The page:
Kathy Quirk-Syvertsen/Digital Vision/Getty Images

A rising star in alternative medicine is oil of oregano. Oregano is universally famous as a seasoning in Mediterranean dishes, but concentrated doses of the oil of this herb have been used for centuries as a panacea for numerous afflictions, including digestive and respiratory diseases. With such a stellar track record, you may be tempted to use this aromatic oil to treat your child. But the jury is still out where safety for children is concerned.


Oregano oil made its North American debut in the early 20th century, but it was widely used in ancient times. Hippocrates wrote extensively about oil of wild oregano, singing its praises as a cure for digestive ailments, skin conditions and respiratory diseases. In the 1400s, Paracelsus used the wild herb to treat skin afflictions, jaundice, fungal infections, vomiting and diarrhea. However, there is no historical documentation of the oil being used to treat children.

Research Affirms Curative Properties

Recently, oil of oregano is receiving renewed scientific acclaim. A 2001 study conducted at Georgetown University Medical Center by Dr. Harry G. Preuss, et.al., found oregano oil potent and effective in fighting yeast infections. Another study by the same team pitted oregano oil against staphylococcus bacteria and found it to be as effective as antibiotics. It has also been shown effective against coronaviruses responsible for upper respiratory infections. Though the research sounds promising, the experiments were conducted in test tubes and on a small number of mice. Dosing your child based on the findings of these experiments would be precipitous.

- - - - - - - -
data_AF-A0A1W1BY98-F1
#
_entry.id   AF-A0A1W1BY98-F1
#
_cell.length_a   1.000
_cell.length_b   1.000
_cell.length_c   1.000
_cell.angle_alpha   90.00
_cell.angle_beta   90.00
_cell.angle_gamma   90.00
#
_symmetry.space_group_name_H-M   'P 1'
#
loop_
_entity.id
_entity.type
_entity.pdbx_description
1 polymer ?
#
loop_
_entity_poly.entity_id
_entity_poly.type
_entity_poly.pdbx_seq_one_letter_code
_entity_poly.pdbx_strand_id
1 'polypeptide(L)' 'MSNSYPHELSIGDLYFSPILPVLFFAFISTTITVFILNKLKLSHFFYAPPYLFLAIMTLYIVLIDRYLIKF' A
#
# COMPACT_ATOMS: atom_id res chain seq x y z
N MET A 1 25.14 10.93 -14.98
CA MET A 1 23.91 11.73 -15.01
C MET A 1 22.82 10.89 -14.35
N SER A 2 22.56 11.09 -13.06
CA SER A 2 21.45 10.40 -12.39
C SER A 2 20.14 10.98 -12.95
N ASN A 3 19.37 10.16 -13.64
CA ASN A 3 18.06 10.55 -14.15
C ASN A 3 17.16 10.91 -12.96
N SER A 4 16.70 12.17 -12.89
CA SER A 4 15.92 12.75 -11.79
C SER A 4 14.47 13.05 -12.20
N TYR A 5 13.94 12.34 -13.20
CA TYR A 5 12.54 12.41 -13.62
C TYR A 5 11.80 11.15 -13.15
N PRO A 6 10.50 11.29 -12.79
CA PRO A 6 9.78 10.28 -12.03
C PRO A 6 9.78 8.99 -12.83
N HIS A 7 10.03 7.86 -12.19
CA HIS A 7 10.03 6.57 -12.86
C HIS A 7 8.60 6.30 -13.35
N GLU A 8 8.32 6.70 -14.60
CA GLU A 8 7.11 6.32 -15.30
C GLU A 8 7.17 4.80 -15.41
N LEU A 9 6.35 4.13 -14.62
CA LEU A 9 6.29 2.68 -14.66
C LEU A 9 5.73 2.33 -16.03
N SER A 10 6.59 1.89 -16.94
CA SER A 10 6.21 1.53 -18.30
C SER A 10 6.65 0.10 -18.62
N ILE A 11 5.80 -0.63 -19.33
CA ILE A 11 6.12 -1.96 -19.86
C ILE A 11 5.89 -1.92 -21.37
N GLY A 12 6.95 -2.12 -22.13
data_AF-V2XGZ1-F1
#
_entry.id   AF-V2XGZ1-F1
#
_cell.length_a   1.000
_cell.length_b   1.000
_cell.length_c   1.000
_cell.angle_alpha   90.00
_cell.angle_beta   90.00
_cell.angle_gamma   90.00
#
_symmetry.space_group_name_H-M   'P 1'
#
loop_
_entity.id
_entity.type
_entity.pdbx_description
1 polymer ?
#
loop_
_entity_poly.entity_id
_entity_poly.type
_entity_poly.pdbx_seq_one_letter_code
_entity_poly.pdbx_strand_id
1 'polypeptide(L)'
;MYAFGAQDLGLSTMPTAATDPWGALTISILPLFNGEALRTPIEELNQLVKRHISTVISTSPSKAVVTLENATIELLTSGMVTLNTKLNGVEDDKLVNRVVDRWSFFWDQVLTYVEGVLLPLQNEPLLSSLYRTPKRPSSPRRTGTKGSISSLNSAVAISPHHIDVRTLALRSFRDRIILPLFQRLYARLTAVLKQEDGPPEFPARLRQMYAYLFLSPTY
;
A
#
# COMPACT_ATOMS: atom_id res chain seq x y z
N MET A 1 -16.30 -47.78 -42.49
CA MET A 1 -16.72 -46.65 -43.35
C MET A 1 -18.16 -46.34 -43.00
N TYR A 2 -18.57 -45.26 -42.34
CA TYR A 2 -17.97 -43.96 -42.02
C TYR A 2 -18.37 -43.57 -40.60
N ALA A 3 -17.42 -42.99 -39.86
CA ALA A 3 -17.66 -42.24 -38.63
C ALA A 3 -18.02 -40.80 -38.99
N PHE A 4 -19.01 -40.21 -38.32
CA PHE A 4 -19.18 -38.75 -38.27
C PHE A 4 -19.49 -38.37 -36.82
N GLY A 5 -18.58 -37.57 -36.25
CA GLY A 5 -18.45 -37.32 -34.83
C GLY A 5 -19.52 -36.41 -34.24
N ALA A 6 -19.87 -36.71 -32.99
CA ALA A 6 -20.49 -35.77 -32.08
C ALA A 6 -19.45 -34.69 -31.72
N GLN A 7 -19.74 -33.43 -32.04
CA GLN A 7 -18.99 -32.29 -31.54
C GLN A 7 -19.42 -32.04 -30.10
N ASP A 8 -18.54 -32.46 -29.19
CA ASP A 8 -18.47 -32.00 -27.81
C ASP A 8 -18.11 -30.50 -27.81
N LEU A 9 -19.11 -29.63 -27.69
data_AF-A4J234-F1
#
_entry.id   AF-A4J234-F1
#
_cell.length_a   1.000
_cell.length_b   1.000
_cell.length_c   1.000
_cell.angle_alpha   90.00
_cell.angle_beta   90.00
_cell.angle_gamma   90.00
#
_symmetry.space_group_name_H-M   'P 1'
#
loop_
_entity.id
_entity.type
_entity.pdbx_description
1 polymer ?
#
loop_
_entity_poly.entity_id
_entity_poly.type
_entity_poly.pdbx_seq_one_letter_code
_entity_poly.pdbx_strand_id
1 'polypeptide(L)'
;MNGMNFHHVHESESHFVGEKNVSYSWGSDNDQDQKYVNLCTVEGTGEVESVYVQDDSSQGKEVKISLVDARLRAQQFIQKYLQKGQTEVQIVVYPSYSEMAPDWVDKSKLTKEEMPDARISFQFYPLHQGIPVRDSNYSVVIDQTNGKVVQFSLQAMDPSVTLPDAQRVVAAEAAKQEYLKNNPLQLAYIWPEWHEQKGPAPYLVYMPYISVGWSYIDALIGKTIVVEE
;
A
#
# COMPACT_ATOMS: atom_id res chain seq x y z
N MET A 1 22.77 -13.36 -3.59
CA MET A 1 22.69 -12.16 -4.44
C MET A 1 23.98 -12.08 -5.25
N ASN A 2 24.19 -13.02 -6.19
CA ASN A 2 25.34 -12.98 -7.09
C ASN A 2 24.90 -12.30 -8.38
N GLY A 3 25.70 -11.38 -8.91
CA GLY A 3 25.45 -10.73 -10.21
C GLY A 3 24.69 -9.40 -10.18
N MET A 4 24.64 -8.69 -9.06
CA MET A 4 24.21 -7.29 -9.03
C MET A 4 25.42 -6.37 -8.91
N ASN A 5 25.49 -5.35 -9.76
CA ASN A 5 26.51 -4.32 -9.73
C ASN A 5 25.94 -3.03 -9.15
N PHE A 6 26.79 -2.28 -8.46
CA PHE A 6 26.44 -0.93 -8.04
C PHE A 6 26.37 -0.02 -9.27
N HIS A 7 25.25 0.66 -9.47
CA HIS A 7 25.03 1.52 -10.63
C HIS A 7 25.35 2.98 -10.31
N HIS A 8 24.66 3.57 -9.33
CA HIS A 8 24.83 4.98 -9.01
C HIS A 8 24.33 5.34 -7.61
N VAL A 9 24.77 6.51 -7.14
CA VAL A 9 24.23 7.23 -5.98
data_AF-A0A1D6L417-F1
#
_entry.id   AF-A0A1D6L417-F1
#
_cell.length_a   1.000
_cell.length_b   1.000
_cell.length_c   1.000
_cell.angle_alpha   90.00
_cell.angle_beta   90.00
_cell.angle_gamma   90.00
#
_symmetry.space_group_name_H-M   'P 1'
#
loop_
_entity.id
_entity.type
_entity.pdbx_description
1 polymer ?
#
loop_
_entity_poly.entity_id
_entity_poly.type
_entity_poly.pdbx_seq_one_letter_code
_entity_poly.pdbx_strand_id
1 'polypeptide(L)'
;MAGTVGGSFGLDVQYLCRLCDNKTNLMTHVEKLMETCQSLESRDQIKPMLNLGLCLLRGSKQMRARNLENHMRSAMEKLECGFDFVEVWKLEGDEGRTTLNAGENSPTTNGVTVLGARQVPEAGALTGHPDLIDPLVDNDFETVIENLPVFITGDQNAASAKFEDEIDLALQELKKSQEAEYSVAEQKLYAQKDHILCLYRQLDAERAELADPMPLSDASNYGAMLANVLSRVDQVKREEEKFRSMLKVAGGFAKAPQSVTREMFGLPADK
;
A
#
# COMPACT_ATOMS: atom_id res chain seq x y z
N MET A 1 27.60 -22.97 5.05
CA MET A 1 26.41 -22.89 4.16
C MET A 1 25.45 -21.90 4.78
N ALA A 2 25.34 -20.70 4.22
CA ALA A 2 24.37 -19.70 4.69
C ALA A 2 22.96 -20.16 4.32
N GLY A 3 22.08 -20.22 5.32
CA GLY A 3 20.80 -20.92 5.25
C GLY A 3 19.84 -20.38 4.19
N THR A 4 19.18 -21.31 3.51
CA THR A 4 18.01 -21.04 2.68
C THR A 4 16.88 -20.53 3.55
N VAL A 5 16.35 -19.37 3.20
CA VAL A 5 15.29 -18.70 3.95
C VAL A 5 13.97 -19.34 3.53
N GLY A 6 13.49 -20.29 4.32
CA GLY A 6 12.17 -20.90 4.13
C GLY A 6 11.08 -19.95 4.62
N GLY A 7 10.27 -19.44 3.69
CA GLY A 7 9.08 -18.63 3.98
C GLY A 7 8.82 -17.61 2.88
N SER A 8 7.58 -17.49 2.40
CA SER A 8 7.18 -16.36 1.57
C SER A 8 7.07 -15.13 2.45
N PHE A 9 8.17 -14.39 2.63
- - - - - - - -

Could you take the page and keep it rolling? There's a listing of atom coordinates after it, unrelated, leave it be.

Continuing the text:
Applications for Children

Opinions vary on whether the oil should be used for children. Some manufacturers advocate topical application only, while others support oral dosing for children age 5 or older. It is generally agreed that oil of oregano should not be used by pregnant or nursing mothers, and most agree it should not be used on young infants, although some advocate applying it to the soles of the feet or in the bath water of infants as young as 6 months. As of 2010, there is no consensus on safe use for children.

Potential Side Effects

Oregano oil can have many noteworthy side effects. Allergic reactions and skin irritation are most common. Topical application can cause a burning sensation and rash. When ingested by pregnant women, the oil may overstimulate blood flow to the uterus and weaken the uterine lining. Oregano oil has also been found to interfere with iron absorption. This is particularly important for children because the body uses dietary iron to make hemoglobin, the oxygen-carrying protein.

Before You Buy

When buying oil of oregano, be certain it is derived from the species origanum vulgare, which grows wild in mountainous regions of Greece, Cyprus and Turkey, The variety of oregano used for cooking in North America comes from a Mexican plant, origanum marjoram, that does not possess the same medicinal properties.

A Word of Caution

Consult your health care provider before administering medicinal substances to children. Herbal remedies can vary in potency from one product to another and can be toxic. Oil of oregano is sold in a highly concentrated form and should be consumed conservatively. Start out with small doses of the oil to ensure you are not allergic and to avoid overdosing. Keep oil of oregano locked safely out of children's reach.